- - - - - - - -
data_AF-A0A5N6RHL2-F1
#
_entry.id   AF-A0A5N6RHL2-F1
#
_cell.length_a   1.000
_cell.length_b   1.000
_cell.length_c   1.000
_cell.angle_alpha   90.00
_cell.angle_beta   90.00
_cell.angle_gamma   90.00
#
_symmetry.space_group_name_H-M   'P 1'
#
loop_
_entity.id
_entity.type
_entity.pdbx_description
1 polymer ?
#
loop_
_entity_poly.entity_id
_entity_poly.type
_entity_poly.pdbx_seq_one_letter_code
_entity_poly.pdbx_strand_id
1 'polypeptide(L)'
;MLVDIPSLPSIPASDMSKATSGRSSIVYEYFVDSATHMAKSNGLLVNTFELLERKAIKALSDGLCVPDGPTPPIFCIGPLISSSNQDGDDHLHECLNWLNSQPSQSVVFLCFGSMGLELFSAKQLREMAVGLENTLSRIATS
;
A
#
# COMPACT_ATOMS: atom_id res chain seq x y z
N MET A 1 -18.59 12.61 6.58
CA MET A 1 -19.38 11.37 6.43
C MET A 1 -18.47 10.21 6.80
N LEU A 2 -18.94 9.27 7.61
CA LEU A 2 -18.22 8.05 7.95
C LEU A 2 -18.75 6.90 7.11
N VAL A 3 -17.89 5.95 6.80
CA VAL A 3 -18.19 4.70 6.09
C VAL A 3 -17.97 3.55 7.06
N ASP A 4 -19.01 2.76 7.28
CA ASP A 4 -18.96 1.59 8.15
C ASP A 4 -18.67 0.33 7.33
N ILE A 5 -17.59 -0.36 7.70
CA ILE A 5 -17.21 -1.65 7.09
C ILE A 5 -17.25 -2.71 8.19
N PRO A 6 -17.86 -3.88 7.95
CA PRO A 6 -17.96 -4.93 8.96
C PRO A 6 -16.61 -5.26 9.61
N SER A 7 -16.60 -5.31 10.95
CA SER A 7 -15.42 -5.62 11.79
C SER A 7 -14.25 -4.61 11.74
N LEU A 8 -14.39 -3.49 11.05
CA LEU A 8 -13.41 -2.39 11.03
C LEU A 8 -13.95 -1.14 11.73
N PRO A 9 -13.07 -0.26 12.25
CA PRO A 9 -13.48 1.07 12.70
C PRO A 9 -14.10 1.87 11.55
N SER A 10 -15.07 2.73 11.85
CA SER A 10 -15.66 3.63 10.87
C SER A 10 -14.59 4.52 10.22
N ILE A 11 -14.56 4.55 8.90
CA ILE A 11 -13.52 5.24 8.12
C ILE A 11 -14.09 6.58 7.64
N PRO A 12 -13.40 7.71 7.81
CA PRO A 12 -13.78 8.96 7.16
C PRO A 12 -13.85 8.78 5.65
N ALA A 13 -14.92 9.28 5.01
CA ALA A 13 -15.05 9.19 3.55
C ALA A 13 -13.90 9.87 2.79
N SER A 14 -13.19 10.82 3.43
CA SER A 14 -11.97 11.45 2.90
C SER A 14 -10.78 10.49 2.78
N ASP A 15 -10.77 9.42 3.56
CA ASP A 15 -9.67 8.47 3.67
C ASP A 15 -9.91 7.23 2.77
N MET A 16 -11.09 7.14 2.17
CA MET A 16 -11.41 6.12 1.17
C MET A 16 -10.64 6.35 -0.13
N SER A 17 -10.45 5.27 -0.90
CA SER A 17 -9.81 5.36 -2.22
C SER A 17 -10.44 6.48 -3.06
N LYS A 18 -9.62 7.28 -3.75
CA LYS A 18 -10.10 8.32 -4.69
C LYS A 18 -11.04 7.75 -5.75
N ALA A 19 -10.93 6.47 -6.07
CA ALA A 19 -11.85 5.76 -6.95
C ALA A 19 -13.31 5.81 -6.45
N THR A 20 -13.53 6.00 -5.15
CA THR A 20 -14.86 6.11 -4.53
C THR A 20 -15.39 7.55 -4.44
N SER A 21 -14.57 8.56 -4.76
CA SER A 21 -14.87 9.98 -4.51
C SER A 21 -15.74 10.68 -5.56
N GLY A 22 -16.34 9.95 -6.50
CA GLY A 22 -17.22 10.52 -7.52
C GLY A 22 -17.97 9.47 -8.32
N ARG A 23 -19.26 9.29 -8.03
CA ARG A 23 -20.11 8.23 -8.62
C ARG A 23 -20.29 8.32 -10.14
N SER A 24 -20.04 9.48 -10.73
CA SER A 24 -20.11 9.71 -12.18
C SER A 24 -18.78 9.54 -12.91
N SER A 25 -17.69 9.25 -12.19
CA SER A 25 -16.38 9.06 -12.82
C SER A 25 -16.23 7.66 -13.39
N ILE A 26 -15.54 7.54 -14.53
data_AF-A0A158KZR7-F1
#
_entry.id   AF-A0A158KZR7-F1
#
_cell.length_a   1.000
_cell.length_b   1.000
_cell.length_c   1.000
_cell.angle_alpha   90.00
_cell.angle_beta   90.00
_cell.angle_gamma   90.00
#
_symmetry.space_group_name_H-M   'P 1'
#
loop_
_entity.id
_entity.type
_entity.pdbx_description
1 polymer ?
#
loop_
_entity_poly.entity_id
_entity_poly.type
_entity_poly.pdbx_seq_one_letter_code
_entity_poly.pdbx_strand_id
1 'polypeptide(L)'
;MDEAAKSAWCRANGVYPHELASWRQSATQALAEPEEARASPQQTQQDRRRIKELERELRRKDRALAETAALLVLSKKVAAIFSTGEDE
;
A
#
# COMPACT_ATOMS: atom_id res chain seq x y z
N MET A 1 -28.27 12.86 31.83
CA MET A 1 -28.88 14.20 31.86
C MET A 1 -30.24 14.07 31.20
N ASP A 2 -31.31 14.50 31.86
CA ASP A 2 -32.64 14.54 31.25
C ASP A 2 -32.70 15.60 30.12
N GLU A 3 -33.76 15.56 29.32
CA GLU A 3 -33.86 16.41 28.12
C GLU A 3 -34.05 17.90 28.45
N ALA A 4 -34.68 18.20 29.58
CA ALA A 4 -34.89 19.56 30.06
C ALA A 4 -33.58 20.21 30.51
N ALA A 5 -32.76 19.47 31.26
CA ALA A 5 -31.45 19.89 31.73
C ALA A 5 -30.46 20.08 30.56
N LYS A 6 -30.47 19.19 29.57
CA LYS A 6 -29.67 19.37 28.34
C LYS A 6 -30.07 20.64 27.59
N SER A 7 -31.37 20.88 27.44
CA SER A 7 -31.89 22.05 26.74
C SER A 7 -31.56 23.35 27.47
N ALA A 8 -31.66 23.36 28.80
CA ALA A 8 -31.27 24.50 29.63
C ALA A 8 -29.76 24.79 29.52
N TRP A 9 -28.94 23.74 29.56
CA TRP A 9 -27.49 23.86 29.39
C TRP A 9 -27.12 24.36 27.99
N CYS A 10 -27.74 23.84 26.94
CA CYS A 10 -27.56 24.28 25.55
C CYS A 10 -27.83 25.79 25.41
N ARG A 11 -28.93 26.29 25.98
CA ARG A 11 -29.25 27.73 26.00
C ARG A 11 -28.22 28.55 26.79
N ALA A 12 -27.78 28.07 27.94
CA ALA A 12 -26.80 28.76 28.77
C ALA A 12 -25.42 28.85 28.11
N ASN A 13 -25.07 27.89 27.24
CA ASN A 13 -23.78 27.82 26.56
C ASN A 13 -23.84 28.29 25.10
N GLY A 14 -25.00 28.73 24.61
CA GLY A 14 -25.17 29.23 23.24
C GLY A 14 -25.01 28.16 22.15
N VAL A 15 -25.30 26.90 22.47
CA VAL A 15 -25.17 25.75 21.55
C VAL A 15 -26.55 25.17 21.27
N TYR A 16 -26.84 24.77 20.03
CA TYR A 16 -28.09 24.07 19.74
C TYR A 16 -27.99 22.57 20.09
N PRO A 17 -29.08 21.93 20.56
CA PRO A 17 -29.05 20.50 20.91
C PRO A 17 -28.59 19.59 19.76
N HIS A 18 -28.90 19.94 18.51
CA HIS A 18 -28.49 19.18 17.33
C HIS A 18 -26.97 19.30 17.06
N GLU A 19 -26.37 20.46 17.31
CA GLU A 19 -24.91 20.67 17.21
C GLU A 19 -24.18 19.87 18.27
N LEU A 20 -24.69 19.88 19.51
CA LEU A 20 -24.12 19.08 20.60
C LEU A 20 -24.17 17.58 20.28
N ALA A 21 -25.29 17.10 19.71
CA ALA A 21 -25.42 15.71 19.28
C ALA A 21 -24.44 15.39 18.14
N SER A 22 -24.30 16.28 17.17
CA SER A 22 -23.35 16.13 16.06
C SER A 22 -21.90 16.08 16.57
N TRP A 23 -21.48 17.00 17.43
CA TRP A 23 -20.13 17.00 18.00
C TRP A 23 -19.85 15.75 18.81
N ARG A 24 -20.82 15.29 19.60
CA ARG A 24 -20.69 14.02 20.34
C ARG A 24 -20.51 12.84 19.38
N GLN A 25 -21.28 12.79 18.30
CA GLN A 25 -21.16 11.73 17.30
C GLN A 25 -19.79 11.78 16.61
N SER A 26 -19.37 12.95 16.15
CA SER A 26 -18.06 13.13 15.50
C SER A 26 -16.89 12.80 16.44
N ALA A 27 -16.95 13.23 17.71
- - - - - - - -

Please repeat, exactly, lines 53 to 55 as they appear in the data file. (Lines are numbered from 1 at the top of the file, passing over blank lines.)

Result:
CA LEU A 8 -13.41 -2.39 11.03
C LEU A 8 -13.95 -1.14 11.73
N PRO A 9 -13.07 -0.26 12.25